Some of these antihistamines are sedating, so if you are driving or operating dangerous equipment, do not take antihistamines. If you need to take some, take non-sedating antihistamines.

Many people also use decongestant sprays to reduce swelling in the nasal and sinus tissues. Some improve their breathing, but others do not so they have stopped using sprays.

Some people have had treatments such as immunotherapy, which includes weekly injections of certain allergens into your body to gradually introduce these allergens into your body to enable your system to increase its ability to resist these allergens.

If doctors find that your allergic rhinitis is linked to an abnormality or obstruction in your nasal system, your doctor may recommend surgery to remove the obstruction.

There are other treatments which are being tried by a lot of allergic rhinitis sufferers and are being studied by researchers. Among these are:

acupuncture
naturopathy
herbal medicine
phototherapy
dietary changes
probiotics

One of these alternative treatments is the Bionase phototherapy device, which you can read about in this article on phototherapy as a treatment for allergic rhinitis or hay fever.
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10.04.2009

Treat Allergic Rhinitis with Phototherapy

No Side Effects

If you have allergic rhinitis, you easily sneeze and have runny nose, watery eyes and itchy nose and eyes whenever you encounter allergens such as dust, molds and pollens or irritants such as smoke, perfumes and aerosol sprays.

You develop these symptoms because your immune system reacts easily to allergens and irritants. As soon as your immune system detects irritants and allergens, it immediately prompts your mast cells to release histamines to fight them, but these histamines also cause swelling, itching and mucus in your nose and eyes.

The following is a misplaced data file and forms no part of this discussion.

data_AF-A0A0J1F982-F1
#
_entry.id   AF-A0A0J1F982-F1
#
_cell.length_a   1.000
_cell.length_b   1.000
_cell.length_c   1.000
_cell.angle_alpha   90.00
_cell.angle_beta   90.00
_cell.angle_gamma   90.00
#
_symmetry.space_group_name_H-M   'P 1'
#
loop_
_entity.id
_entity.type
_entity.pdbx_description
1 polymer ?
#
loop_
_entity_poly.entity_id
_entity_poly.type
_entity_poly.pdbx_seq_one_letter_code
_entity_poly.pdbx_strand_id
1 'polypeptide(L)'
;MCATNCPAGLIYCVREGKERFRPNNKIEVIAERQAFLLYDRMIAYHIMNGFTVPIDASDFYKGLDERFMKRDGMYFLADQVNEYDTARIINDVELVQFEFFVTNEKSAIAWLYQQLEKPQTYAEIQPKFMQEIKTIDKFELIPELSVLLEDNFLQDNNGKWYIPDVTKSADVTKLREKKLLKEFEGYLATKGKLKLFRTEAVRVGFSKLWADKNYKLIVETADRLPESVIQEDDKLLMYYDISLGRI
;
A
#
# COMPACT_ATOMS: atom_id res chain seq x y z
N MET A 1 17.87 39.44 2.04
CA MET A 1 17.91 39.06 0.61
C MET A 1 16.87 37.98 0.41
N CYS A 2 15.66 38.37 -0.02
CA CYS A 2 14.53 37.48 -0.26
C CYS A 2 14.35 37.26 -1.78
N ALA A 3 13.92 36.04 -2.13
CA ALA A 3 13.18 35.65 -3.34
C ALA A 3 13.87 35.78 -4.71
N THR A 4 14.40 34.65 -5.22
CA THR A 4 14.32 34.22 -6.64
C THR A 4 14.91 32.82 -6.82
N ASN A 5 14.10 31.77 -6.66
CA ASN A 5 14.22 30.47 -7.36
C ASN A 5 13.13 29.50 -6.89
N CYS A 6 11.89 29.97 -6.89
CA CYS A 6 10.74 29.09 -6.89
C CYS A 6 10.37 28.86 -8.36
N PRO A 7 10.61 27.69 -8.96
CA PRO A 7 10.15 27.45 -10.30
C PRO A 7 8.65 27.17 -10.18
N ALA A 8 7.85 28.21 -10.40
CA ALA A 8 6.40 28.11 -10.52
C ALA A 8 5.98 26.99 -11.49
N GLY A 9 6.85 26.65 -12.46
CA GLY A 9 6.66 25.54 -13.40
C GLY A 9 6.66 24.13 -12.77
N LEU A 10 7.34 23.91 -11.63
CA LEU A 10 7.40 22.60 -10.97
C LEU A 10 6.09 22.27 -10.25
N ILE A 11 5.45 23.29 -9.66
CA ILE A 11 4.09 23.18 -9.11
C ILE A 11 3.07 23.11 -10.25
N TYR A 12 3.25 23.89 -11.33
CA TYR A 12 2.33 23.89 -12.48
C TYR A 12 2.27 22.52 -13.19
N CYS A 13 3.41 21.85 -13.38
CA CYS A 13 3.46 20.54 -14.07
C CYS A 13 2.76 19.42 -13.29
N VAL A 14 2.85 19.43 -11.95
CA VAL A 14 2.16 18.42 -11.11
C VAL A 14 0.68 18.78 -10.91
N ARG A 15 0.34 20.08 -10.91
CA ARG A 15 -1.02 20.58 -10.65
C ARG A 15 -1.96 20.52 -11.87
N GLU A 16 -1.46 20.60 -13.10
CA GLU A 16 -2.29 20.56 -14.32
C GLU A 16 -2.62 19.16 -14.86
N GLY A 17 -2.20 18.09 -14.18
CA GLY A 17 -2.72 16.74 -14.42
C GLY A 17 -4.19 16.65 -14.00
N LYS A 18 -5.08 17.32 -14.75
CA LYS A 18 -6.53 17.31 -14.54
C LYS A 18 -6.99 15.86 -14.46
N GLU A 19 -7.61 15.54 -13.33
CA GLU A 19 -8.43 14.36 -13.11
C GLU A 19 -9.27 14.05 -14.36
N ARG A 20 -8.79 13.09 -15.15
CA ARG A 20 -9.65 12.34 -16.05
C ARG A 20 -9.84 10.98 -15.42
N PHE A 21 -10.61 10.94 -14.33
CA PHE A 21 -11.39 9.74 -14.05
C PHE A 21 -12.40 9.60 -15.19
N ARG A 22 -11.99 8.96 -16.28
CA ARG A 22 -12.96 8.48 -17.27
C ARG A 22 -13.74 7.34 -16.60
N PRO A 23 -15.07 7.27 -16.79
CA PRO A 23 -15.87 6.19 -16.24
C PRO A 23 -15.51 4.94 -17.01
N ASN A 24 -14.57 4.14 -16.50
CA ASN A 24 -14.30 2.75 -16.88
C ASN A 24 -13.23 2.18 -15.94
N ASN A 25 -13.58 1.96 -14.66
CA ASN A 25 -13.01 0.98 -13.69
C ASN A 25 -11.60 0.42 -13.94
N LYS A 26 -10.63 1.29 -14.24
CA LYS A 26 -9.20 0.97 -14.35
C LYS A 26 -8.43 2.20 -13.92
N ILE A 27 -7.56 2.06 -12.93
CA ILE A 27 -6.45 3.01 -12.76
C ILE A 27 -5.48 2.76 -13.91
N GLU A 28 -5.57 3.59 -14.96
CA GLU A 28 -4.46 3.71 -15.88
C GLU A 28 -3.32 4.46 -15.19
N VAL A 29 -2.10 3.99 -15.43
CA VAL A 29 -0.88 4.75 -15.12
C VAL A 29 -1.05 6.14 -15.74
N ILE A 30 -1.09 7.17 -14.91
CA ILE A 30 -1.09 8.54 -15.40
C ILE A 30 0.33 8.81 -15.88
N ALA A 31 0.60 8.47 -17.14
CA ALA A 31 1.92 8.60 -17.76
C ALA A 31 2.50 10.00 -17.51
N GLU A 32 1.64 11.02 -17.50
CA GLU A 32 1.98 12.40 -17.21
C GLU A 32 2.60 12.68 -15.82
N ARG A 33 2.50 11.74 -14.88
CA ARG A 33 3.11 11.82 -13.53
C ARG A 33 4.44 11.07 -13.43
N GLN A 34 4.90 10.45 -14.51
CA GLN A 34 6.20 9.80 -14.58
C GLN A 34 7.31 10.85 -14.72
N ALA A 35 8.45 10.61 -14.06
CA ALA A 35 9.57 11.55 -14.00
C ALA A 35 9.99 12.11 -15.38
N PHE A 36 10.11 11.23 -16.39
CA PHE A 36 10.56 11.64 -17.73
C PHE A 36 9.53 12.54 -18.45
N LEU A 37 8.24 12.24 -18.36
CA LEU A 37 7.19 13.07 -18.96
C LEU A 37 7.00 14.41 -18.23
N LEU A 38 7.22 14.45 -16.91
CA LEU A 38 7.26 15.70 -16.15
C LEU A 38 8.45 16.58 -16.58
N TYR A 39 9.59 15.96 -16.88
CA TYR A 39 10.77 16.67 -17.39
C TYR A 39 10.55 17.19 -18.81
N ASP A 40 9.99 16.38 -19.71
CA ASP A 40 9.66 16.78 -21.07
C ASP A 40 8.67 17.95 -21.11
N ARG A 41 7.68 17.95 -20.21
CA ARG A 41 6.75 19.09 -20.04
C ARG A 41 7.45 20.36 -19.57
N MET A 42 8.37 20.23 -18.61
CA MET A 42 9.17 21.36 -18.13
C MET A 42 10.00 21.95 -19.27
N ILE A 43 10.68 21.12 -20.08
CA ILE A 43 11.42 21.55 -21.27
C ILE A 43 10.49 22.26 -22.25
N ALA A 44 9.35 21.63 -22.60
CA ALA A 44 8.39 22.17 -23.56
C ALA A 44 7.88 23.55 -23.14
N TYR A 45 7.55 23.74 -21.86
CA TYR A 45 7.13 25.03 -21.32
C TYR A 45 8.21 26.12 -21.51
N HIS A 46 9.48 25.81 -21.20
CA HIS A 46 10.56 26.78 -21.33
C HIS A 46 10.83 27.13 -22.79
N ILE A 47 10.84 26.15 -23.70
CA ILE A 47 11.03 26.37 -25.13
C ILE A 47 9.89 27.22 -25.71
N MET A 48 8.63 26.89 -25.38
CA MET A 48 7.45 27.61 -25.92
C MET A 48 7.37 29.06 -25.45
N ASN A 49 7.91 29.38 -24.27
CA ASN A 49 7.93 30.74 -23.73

The most common medications being used to fight sneezing, runny nose and other symptoms are antihistamines. And certainly, you have taken a lot of these despite your concerns about short-term and long-term side effects.

One treatment that you can try is phototherapy. This treatment uses light to fight symptoms -- a healing principle that has been used for centuries, although in a more direct way, such as bringing weak babies or adults out of the house to feel the morning sun.

Today, pocket-sized phototherapy devices that deliver low-level narrow-band light to specific areas of the body are now available to treat pain, inflammation, musculoskeletal injury, allergic rhinitis and other illnesses.

One of these phototherapy devices is BioNase, a pocket-size device with ends that you can insert into your nose for about 4 to 5 minutes three times a day to relieve allergic rhinitis symptoms.

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9.26.2009

Allergic Rhinitis: Non-Drug Treatments



People who suffer from allergic rhinitis have been looking for better alternatives to antihistamines, decongestants, corticosteroids and other drugs, which can cause various side effects if taken frequently.

According to studies, there are alternatives to drugs, such as the following:

Acupuncture

In acupuncture, hair-fine needles are used to stimulate certain parts of the lung meridian in order to remove energy blockages. Some studies have found that acupuncture combined with certain herbs are just as effective as antihistamines in relieving allergic rhinitis symptoms.